New Report: High Costs to Health Care from Chemical Exposures

Julie Silas | January 21, 2010 | Policies

Today, the Safer Chemicals, Healthy Families campaign released a new report, "Health Case for Reforming the Toxic Substances Control Act," that shows the high costs to our health care system associated with chemical exposure.

Pharos Project subscribers need to read this report. It provides a sobering realization that there is a great deal of peer-reviewed scientific evidence linking chemicals in building products to a number of chronic diseases and illnesses. It is timely as well. Congress is set to begin considering a reform of the more-than-three-decades-old Toxic Substances Control Act (TSCA) in an effort to align our chemical policy with 21st century science. It will not be an easy task.

The chemicals highlighted in the report, such as phthalates and formaldehyde, are chemicals used in building products that have been on the radar of scientists for a long time, yet our current regulatory system continues to allow them on the market -- and the building industry continues to spend millions of dollars to produce and use them.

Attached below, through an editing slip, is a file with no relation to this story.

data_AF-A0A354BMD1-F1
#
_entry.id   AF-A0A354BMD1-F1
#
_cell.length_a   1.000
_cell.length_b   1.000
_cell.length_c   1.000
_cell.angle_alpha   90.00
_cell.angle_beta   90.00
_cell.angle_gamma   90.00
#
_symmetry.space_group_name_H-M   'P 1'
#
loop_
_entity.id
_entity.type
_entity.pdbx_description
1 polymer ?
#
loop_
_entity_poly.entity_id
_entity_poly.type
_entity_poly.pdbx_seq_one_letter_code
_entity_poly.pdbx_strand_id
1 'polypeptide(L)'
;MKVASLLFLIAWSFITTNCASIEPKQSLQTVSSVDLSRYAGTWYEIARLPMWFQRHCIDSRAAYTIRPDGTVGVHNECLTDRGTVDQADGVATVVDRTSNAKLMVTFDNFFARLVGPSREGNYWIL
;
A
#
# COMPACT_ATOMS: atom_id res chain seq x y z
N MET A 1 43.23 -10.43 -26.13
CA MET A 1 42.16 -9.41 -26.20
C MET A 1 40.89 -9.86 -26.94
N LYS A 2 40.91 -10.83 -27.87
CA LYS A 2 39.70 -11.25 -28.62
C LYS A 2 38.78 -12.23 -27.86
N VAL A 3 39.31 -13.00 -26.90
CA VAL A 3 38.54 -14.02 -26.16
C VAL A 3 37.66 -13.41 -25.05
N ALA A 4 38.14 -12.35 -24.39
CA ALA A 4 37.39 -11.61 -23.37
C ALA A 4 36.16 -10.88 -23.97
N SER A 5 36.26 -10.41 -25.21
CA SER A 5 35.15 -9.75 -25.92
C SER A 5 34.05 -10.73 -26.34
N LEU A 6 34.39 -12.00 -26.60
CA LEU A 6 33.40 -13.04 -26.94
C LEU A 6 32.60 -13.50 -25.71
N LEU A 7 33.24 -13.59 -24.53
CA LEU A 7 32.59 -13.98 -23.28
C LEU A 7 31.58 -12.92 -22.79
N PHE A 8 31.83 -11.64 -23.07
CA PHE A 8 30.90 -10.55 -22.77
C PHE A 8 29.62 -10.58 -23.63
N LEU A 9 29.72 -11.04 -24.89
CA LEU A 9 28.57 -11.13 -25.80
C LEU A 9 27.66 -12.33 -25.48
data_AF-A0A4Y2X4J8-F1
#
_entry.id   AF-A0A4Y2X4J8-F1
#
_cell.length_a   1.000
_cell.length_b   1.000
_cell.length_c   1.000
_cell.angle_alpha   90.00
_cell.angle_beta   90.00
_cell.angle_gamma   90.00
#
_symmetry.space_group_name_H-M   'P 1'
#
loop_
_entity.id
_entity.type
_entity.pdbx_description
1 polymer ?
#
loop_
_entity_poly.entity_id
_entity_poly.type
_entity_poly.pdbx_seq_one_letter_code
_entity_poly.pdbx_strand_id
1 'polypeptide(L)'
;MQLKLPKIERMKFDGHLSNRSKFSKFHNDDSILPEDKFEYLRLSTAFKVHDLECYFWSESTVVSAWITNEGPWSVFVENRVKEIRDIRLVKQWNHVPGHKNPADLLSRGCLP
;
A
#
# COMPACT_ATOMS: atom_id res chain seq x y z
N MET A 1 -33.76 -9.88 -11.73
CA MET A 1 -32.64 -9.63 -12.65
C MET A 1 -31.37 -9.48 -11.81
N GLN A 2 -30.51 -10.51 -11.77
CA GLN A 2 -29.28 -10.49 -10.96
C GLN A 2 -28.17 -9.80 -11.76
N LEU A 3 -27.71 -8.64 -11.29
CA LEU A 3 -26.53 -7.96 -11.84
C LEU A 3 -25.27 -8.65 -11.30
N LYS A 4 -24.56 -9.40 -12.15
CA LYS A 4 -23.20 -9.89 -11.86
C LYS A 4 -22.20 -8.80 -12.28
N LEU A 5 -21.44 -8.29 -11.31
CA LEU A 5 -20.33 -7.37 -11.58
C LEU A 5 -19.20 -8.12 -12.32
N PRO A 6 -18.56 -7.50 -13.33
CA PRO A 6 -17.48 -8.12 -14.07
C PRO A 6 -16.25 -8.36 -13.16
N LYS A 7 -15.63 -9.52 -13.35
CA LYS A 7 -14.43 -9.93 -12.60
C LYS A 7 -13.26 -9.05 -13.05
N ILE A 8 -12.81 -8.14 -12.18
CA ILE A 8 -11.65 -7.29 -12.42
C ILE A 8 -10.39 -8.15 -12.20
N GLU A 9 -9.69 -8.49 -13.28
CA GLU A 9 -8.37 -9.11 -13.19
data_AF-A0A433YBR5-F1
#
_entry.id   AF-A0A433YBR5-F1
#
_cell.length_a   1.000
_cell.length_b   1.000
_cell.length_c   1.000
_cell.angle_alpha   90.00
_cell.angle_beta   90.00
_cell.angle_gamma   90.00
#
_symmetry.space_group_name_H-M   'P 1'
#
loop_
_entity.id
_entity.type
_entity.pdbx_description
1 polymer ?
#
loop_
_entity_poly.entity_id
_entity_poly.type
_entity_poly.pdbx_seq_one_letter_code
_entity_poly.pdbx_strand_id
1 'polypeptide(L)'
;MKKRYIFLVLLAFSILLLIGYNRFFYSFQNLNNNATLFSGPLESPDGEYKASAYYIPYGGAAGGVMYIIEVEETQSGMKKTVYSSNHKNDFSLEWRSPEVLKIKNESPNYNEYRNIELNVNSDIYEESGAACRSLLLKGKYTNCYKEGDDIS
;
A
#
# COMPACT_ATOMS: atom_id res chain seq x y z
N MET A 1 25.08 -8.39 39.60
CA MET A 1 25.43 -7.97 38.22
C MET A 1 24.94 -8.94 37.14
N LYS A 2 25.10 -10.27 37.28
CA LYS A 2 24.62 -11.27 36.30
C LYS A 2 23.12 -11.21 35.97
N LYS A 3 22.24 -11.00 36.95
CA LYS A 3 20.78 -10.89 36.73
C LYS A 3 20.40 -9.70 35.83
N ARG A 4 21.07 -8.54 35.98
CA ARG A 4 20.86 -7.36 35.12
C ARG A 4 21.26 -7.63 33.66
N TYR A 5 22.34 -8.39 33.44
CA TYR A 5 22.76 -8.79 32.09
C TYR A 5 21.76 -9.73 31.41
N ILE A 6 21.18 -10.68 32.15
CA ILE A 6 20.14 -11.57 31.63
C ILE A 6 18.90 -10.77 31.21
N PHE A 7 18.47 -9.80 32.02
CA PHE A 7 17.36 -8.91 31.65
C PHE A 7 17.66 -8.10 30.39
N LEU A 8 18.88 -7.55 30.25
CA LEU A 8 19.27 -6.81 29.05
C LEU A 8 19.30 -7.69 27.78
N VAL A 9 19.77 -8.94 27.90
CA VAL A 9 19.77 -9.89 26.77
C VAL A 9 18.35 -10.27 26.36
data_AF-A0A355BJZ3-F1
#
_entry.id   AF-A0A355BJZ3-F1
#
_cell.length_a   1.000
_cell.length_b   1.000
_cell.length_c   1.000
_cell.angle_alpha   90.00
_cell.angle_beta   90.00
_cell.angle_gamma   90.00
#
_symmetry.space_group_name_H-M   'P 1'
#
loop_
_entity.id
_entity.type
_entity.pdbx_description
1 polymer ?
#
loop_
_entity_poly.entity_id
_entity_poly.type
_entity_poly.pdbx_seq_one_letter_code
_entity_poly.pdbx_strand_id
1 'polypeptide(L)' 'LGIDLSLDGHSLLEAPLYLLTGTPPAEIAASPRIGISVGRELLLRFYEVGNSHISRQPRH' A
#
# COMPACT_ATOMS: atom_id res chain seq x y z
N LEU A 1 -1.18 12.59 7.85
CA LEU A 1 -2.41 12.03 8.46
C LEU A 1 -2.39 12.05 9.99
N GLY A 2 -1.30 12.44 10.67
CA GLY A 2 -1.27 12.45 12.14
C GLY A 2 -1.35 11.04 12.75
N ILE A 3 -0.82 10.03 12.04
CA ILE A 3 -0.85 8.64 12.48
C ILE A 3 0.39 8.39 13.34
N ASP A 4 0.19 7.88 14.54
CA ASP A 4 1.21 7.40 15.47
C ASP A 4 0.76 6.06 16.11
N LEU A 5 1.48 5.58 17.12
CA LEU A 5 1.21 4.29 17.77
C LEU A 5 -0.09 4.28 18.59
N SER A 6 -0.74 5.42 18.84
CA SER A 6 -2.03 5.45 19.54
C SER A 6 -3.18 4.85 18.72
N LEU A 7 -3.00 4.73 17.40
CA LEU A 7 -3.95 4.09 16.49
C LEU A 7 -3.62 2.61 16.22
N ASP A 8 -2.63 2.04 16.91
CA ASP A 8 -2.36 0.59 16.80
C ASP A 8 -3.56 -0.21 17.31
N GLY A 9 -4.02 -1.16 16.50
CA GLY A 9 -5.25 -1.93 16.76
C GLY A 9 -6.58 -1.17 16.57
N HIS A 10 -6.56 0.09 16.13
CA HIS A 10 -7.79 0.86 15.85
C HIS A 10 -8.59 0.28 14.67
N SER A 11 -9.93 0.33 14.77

Drawing only from peer-reviewed scientific journals, the report reviews the state of the science for a number of chronic diseases including: certain forms of cancer, developmental disabilities, Alzheimer's and Parkinson's disease, reduced reproductive health in both men and women, and asthma. The report demonstrates how Americans could improve their health and save money on health care costs by reducing exposures to toxic chemicals.

TSCA reform will take time. However, Pharos subscribers can immediately begin to use the Chemical and Material Library and Building Product Library to access data and determine if any of the reported chemicals are in the products that architects, designers and other building professionals specify daily.